Riviera Maya, Mexico

Mexico’s magnificent coastlines are inundated with picturesque beaches where you can enjoy an aquatic adventure or two.

The Riviera Maya, in particular, offers some of the best snorkelling in the Caribbean Sea thanks to the expansive Mesoamerican Barrier Reef System.

Want to enjoy a once-in-a-lifetime snorkelling experience? Venture to the Riviera Maya between May and September, and you'll have the chance to swim alongside dozens of whale sharks. These gentle giants flock to the balmy water off Mexico's eastern coast to feed on the thousands of phytoplankton that live and breed in the region.

Whale sharks are the biggest fish in the sea, with the average animal measuring a whopping 39 feet long. Despite their size, they're incredibly docile, so swimming alongside them is possible. It's easily one of the most unique Caribbean snorkelling experiences on offer, with boat trips leaving from both Tulum and Cancun.

Discover more with our Riviera Maya travel guide

Trunk Bay, St John

First-timers should put Trunk Bay on the island of St John at the top of their Caribbean snorkelling bucket list. A nature lover’s paradise, St John is two-thirds national park and is one of the best off the beaten path spots in the Caribbean. Trunk Bay, a white-sand beach fringed with swaying palms, is arguably the most picturesque in the US Virgin Islands.

It’s not just an oasis for sun worshippers, though. Trunk Bay also features a self-guided snorkelling trail around a small yet thriving stretch of reef.

The water is usually very calm and doesn't get beyond 16 feet deep around the trail, making it one of the best snorkelling places in the Caribbean for beginners. If you feel more confident, swim around the small cay to discover small marine mammals and crustaceans living among the rocks.

Alternatively, why not combine an underwater adventure with a coastal hike along the Leinster Bay Trail to the charmingly named Waterlemon Bay? Once there, you can cool off with a snorkel around tiny Waterlemon Cay, whose waters are the natural habitat of nursing sharks, sea turtles and barracuda.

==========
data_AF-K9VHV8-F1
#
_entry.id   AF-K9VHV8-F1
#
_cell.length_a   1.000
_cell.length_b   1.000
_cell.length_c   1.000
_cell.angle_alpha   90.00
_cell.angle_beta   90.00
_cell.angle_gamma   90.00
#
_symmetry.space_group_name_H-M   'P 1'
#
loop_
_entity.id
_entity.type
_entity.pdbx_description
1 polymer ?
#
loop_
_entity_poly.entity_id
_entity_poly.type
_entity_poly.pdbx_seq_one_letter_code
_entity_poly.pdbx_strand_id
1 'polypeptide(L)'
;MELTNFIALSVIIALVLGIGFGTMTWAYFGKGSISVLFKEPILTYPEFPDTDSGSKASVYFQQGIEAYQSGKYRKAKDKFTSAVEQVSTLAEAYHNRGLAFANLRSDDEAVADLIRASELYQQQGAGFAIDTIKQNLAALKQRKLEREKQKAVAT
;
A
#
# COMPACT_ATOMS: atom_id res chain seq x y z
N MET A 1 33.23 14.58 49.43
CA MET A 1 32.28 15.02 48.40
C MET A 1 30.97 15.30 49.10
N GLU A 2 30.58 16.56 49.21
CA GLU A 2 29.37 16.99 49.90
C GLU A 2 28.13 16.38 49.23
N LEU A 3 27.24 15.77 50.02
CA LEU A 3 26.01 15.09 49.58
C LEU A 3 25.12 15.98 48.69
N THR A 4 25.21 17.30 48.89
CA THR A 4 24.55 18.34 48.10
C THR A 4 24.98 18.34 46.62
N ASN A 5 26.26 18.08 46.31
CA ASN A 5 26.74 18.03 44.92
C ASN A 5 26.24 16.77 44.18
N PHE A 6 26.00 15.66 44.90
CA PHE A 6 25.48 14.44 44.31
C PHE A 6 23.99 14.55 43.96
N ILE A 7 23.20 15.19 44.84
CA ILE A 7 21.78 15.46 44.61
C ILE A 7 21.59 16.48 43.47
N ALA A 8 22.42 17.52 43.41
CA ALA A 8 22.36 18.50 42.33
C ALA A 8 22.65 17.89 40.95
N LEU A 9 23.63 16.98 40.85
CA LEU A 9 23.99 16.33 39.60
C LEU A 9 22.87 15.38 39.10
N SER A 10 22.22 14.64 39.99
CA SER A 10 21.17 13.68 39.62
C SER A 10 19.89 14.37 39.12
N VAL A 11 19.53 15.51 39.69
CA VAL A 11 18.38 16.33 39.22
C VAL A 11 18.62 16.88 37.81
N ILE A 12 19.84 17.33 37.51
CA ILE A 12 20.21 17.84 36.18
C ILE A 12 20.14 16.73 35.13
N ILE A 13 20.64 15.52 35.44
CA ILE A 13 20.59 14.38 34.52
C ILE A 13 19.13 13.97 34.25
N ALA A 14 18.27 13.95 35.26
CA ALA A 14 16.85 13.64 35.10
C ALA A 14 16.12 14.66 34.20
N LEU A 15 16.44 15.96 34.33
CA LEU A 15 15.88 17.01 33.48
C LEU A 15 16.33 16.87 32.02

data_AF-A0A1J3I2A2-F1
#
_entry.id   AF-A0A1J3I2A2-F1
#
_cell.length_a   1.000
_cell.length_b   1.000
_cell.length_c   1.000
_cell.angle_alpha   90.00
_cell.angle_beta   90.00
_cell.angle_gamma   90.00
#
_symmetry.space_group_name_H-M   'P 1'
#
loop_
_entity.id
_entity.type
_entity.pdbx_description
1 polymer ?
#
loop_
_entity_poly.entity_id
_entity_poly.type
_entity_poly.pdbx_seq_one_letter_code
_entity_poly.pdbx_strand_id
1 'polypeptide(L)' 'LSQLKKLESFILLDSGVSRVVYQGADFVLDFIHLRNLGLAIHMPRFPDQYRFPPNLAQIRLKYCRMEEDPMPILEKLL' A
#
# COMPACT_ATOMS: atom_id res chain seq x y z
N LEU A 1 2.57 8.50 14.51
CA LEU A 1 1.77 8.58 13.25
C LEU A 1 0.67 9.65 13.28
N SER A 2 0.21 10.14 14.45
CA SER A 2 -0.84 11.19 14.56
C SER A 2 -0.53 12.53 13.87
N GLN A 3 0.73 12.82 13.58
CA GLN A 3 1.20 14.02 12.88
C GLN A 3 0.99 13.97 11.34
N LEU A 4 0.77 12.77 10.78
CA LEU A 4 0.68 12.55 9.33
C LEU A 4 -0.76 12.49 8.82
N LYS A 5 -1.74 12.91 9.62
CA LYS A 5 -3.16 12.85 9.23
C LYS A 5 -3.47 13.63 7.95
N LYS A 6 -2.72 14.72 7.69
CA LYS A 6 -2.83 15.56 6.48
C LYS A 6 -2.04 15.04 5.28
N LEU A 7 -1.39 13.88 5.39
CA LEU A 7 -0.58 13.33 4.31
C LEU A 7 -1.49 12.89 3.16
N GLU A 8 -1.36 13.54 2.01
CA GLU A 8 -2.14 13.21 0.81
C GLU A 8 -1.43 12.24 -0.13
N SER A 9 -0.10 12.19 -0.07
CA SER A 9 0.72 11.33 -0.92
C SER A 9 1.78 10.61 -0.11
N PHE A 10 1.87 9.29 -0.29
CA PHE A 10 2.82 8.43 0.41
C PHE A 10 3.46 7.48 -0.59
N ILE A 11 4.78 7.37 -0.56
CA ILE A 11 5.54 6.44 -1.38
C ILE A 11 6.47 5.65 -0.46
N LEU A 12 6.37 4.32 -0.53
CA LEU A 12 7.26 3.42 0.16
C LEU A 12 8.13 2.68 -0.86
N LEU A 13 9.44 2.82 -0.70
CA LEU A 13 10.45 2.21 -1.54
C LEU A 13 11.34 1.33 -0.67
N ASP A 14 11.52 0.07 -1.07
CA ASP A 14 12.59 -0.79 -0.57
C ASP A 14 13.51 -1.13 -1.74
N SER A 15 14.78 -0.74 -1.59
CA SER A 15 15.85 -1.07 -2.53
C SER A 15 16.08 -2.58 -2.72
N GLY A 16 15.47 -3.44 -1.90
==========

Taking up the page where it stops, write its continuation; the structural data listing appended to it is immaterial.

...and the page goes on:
Discover more with our St John travel guide

The Baths, British Virgin Islands

If you want to go from sugar-soft sand to still ocean waters teeming with rainbow-coloured fish in just a few steps, make your way to Virgin Gorda. One of the more laidback of the British Virgin Islands, you’ll find one of the region’s most impressive natural wonders tucked away in this tropical nirvana.

The Baths sit within their own national marine park on the island's western shores, comprising several craggy granite boulders and caves featuring natural pools. The water is crystal-clear, making it a sublime spot for snorkelling in the Caribbean Sea - plus, there's a great sandy beach where you can lay a towel down and dry off in the sunshine.

The Baths’ beach also features a rustic bar where you can sip local rum punch with uninterrupted views - a lovely treat after a snorkelling session. If you feel like stretching your legs, follow the leafy trail leading south through the rocks to Devil's Bay Beach. It's a quieter spot for sunbathing, but it's best to avoid swimming or snorkelling here due to rip tides.

Discover more with our British Virgin Islands (BVI) travel guide

Carlisle Bay Marine Park, Barbados

Another marine park that should be on your radar is Barbados’ Carlisle Bay.

The crescent-shaped bay is centrally located and hosts some of Bridgetown’s top beaches. It’s also the location of no fewer than six shipwrecks, all of which can be accessed by swimming straight from the shore.

The best place to enter the water for snorkelling is Brownes Beach which sprawls about a third of the way down the bay. Closer to shore, it’s not uncommon to glimpse sea turtles feeding on the clumps of sea grass growing in the shallows. Swim a little further out (being careful of boats and jet skis), and you'll come across a collection of wrecked barges and ships encrusted with otherworldly coral and fascinating crustaceans.

Depending on the tides, the wrecks can be as little as three metres below the surface. Snorkel around all six and look out for marine creatures hiding inside their hulls and around their anchors. Afterwards, you can enjoy a well-deserved cocktail at one of the many beach shacks scattered along the shoreline.

Discover more with our Barbados travel guide

What time of year is best for snorkelling in the Caribbean?

While Caribbean snorkelling is possible all year round, you’ll have the best visibility between November and May. These months sit outside the region's hurricane season when heavy rainfall and storms can cause swells and riptides.

The onefinestay experience

Our exclusive range of concierge services lets you experience the very best attractions in Tulum. Whatever you have in mind, we’re on hand to turn your dream getaway into a reality. From arranging all private picnics, beach bonfires and clam bakes to booking tables at the best restaurants in Tulum, simply speak to our team of expert Travel Advisors to make your holiday dream a reality.

Dreaming of a snorkelling adventure?